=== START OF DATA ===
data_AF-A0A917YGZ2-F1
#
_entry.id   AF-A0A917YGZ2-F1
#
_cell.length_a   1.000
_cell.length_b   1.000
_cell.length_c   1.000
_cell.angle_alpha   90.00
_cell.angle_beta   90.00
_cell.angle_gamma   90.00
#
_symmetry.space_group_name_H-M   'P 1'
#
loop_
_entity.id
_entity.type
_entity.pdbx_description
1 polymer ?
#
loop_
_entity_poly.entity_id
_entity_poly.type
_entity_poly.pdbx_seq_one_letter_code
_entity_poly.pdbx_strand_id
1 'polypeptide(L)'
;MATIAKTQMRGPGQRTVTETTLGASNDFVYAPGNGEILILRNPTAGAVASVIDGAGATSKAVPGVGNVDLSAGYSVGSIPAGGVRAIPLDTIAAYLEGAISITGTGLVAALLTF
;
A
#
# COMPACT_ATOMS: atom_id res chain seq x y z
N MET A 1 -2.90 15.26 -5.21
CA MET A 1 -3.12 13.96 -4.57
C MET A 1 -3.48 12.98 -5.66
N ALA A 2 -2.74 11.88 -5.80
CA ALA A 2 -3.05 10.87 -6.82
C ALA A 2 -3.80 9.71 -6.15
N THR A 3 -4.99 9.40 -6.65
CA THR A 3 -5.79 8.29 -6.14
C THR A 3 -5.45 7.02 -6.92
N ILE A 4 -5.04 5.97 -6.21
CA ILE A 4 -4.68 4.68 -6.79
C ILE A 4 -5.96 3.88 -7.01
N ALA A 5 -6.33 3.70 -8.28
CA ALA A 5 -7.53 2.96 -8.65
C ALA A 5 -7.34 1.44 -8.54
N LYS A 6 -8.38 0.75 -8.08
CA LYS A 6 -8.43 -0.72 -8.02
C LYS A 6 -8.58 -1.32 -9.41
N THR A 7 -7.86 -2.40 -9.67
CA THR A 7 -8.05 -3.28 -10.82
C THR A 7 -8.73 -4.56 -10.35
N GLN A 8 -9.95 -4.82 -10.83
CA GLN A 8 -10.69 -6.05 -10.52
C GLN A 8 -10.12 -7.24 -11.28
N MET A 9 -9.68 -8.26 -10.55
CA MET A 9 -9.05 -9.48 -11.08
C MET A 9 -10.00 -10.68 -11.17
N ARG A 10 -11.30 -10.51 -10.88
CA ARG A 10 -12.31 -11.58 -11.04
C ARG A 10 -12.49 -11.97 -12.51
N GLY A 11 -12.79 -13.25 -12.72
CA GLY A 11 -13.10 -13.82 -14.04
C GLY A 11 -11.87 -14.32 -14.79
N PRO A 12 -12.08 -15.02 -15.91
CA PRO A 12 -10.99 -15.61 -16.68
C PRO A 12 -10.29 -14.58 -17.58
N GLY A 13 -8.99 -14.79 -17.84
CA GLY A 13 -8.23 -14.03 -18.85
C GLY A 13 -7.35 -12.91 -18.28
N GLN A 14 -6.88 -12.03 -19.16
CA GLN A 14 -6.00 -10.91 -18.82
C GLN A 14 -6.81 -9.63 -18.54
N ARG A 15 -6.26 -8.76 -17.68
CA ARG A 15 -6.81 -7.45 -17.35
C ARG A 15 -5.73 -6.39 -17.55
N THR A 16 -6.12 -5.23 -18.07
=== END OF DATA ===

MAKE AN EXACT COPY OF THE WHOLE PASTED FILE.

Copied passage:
data_AF-A0A917YGZ2-F1
#
_entry.id   AF-A0A917YGZ2-F1
#
_cell.length_a   1.000
_cell.length_b   1.000
_cell.length_c   1.000
_cell.angle_alpha   90.00
_cell.angle_beta   90.00
_cell.angle_gamma   90.00
#
_symmetry.space_group_name_H-M   'P 1'
#
loop_
_entity.id
_entity.type
_entity.pdbx_description
1 polymer ?
#
loop_
_entity_poly.entity_id
_entity_poly.type
_entity_poly.pdbx_seq_one_letter_code
_entity_poly.pdbx_strand_id
1 'polypeptide(L)'
;MATIAKTQMRGPGQRTVTETTLGASNDFVYAPGNGEILILRNPTAGAVASVIDGAGATSKAVPGVGNVDLSAGYSVGSIPAGGVRAIPLDTIAAYLEGAISITGTGLVAALLTF
;
A
#
# COMPACT_ATOMS: atom_id res chain seq x y z
N MET A 1 -2.90 15.26 -5.21
CA MET A 1 -3.12 13.96 -4.57
C MET A 1 -3.48 12.98 -5.66
N ALA A 2 -2.74 11.88 -5.80
CA ALA A 2 -3.05 10.87 -6.82
C ALA A 2 -3.80 9.71 -6.15
N THR A 3 -4.99 9.40 -6.65
CA THR A 3 -5.79 8.29 -6.14
C THR A 3 -5.45 7.02 -6.92
N ILE A 4 -5.04 5.97 -6.21
CA ILE A 4 -4.68 4.68 -6.79
C ILE A 4 -5.96 3.88 -7.01
N ALA A 5 -6.33 3.70 -8.28
CA ALA A 5 -7.53 2.96 -8.65
C ALA A 5 -7.34 1.44 -8.54
N LYS A 6 -8.38 0.75 -8.08
CA LYS A 6 -8.43 -0.72 -8.02
C LYS A 6 -8.58 -1.32 -9.41
N THR A 7 -7.86 -2.40 -9.67
CA THR A 7 -8.05 -3.28 -10.82
C THR A 7 -8.73 -4.56 -10.35
N GLN A 8 -9.95 -4.82 -10.83
CA GLN A 8 -10.69 -6.05 -10.52
C GLN A 8 -10.12 -7.24 -11.28
N MET A 9 -9.68 -8.26 -10.55
CA MET A 9 -9.05 -9.48 -11.08
C MET A 9 -10.00 -10.68 -11.17
N ARG A 10 -11.30 -10.51 -10.88
CA ARG A 10 -12.31 -11.58 -11.04
C ARG A 10 -12.49 -11.97 -12.51
N GLY A 11 -12.79 -13.25 -12.72
CA GLY A 11 -13.10 -13.82 -14.04
C GLY A 11 -11.87 -14.32 -14.79
N PRO A 12 -12.08 -15.02 -15.91
CA PRO A 12 -10.99 -15.61 -16.68
C PRO A 12 -10.29 -14.58 -17.58
N GLY A 13 -8.99 -14.79 -17.84
CA GLY A 13 -8.23 -14.03 -18.85
C GLY A 13 -7.35 -12.91 -18.28
N GLN A 14 -6.88 -12.03 -19.16
CA GLN A 14 -6.00 -10.91 -18.82
C GLN A 14 -6.81 -9.63 -18.54
N ARG A 15 -6.26 -8.76 -17.68
CA ARG A 15 -6.81 -7.45 -17.35
C ARG A 15 -5.73 -6.39 -17.55
N THR A 16 -6.12 -5.23 -18.07